Building a Website with PHP, MySQL and jQuery Mobile, Part 2


This is the second part of a two-part tutorial, in which we use PHP, MySQL and jQuery mobile to build a simple computer web store. In the previous part we created the models and the controllers, and this time we will be writing our views.

jQuery mobile

First, lets say a few words about the library we will be using. jQuery mobile is a user interface library that sits on top of jQuery and provides support for a wide array of devices in the form of ready to use widgets and a touch-friendly development environment. It is still in beta, but upgrading to the official 1.0 release will be as simple as swapping a CDN URL.

The library is built around progressive enhancement. You, as the developer, only need to concern yourself with outputting the correct HTML, and the library will take care of the rest. jQuery mobile makes use of the HTML5 data- attributes and by adding them, you instruct the library how it should render your markup.

In this tutorial we will be using some of the interface components that this library gives us - lists, header and footer bars and buttons, all of which are defined using the data-role attributes, which you will see in use in the next section.

Rendering Views

The views are PHP files, or templates, that generate HTML code. They are printed by the controllers using the render() helper function. We have 7 views in use for this website - _category.php, _product.php, _header.php, _footer.php, category.php, home.php and error.php, which are discussed later on. First, here is render() function:


/* These are helper functions */

function render($template,$vars = array()){

    // This function takes the name of a template and
    // a list of variables, and renders it.

    // This will create variables from the array:

    // It can also take an array of objects
    // instead of a template name.

        // If an array was passed, it will loop
        // through it, and include a partial view
        foreach($template as $k){

            // This will create a local variable
            // with the name of the object's class

            $cl = strtolower(get_class($k));
            $$cl = $k;

            include "views/_$cl.php";

    else {
        include "views/$template.php";

The first argument of this function is the name of the template file in the views/ folder (without the .php extension). The next is an array with arguments. These are extracted and form real variables which you can use in your template.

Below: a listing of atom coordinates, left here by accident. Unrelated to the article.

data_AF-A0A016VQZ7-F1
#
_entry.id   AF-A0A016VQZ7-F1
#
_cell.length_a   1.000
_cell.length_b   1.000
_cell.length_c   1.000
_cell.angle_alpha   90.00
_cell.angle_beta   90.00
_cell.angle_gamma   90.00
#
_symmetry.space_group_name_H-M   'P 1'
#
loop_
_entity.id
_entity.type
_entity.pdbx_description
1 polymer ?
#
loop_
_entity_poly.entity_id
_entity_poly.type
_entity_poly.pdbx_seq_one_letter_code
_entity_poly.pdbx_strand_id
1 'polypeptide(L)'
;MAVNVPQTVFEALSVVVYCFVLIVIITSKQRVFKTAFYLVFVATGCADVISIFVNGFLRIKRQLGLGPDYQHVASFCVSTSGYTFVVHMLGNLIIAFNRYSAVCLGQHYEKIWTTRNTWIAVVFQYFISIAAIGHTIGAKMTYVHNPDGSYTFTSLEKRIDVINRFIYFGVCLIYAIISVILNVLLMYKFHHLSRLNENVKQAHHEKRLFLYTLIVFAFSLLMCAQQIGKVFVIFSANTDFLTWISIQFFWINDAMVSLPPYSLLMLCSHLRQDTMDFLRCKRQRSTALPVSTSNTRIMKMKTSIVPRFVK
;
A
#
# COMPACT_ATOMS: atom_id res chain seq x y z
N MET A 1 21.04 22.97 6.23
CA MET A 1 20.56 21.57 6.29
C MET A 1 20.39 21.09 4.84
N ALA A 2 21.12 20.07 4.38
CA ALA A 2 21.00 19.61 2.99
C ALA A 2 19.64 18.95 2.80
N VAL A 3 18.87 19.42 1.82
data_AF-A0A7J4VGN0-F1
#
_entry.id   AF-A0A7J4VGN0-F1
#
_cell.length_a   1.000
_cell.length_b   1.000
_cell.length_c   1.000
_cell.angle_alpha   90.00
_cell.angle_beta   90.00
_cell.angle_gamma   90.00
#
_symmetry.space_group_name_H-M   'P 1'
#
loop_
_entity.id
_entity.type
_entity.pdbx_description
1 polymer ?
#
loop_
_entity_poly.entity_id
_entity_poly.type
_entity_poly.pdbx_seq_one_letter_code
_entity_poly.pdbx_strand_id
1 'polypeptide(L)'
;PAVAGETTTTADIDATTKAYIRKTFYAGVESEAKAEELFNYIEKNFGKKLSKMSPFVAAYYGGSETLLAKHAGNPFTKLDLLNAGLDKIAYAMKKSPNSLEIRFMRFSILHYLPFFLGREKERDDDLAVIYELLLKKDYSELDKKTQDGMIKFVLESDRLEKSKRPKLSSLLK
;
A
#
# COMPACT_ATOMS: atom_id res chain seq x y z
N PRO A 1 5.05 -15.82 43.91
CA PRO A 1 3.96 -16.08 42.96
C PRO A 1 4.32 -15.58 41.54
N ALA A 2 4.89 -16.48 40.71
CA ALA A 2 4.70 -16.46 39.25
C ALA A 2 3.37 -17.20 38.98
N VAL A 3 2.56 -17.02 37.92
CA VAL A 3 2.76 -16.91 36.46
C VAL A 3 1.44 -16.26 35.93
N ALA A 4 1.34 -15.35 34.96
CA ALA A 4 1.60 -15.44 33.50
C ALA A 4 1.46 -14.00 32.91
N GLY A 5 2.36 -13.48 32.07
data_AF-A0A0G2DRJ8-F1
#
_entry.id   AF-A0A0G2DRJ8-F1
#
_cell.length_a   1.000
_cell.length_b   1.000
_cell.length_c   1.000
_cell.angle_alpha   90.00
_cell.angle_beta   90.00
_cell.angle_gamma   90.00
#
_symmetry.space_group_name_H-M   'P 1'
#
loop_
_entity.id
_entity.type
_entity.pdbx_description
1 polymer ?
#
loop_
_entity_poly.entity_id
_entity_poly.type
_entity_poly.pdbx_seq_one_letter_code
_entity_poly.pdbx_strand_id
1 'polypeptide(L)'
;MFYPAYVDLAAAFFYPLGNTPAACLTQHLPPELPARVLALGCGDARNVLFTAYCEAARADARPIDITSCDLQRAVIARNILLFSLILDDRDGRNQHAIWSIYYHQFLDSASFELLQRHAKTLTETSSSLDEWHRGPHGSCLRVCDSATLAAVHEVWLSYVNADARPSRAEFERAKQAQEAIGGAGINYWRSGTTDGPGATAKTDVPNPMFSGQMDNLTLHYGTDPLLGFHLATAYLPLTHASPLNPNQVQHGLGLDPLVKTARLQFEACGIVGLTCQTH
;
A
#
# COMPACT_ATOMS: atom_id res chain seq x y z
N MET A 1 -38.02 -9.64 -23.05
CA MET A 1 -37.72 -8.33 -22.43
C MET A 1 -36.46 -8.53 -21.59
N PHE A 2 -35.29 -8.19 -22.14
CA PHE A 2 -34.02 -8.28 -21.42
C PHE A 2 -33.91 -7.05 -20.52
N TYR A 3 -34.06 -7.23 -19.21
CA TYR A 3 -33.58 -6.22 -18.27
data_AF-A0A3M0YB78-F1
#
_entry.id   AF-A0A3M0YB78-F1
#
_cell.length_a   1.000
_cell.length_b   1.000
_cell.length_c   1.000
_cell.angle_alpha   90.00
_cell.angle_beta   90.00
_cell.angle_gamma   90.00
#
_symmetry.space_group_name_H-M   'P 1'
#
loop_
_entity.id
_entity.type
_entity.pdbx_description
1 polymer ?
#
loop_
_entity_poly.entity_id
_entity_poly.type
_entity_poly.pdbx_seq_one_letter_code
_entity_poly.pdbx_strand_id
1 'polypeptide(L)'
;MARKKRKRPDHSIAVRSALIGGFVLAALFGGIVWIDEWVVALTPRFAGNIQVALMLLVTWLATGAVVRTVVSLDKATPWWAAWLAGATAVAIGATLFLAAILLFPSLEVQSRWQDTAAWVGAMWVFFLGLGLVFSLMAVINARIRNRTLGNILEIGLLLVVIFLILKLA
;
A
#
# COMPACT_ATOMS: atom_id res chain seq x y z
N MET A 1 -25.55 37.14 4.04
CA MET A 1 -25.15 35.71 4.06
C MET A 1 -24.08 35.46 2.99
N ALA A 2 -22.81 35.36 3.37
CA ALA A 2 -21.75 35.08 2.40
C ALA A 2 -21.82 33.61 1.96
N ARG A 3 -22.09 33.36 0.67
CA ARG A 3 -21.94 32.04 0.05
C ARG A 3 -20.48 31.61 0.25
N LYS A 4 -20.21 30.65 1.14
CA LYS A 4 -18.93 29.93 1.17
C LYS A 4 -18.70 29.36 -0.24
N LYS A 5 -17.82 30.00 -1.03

There is one more way this function can be called - instead of a template name, you can pass an array with objects. If you recall from last time, this is what is returned by using the find() method. So basically if you pass the result of Category::find() to render, the function will loop through the array, get the class names of the objects inside it, and automatically include the _category.php template for each one. Some frameworks (Rails for example) call these partials.


The Views

Lets start off with the first view - the header. You can see that this template is simply the top part of a regular HTML5 page with interleaved PHP code. This view is used in home.php and category.php to promote code reuse.


<!DOCTYPE html>
    <title><?php echo formatTitle($title)?></title> 

    <meta name="viewport" content="width=device-width, initial-scale=1" /> 

    <link rel="stylesheet" href="" />
    <link rel="stylesheet" href="assets/css/styles.css" />
    <script type="text/javascript" src=""></script>
    <script type="text/javascript" src=""></script>

<div data-role="page">

    <div data-role="header" data-theme="b">
        <a href="./" data-icon="home" data-iconpos="notext" data-transition="fade">Home</a>
        <h1><?php echo $title?></h1>

    <div data-role="content">

In the head section we include jQuery and jQuery mobile from jQuery's CDN, and two stylesheets. The body section is where it gets interesting. We define a div with the data-role="page" attribute. This, along with the data-role="content" div, are the two elements required by the library to be present on every page.

The data-role="header" div is transformed into a header bar. The data-theme attribute chooses one of the 5 standard themes. Inside it, we have a link that is assigned a home icon, and has its text hidden. jQuery Mobile comes with a set of icons you can choose from.

The closing tags (and the footer bar) reside in the _footer.php view:



    <div data-role="footer" id="pageFooter">
        <h4><?php echo $GLOBALS['defaultFooter']?></h4>


Nothing too fancy here. We only have a div with the data-role="footer" attribute, and inside it we print the globally accessible $defaultFooter variable, defined in includes/config.php.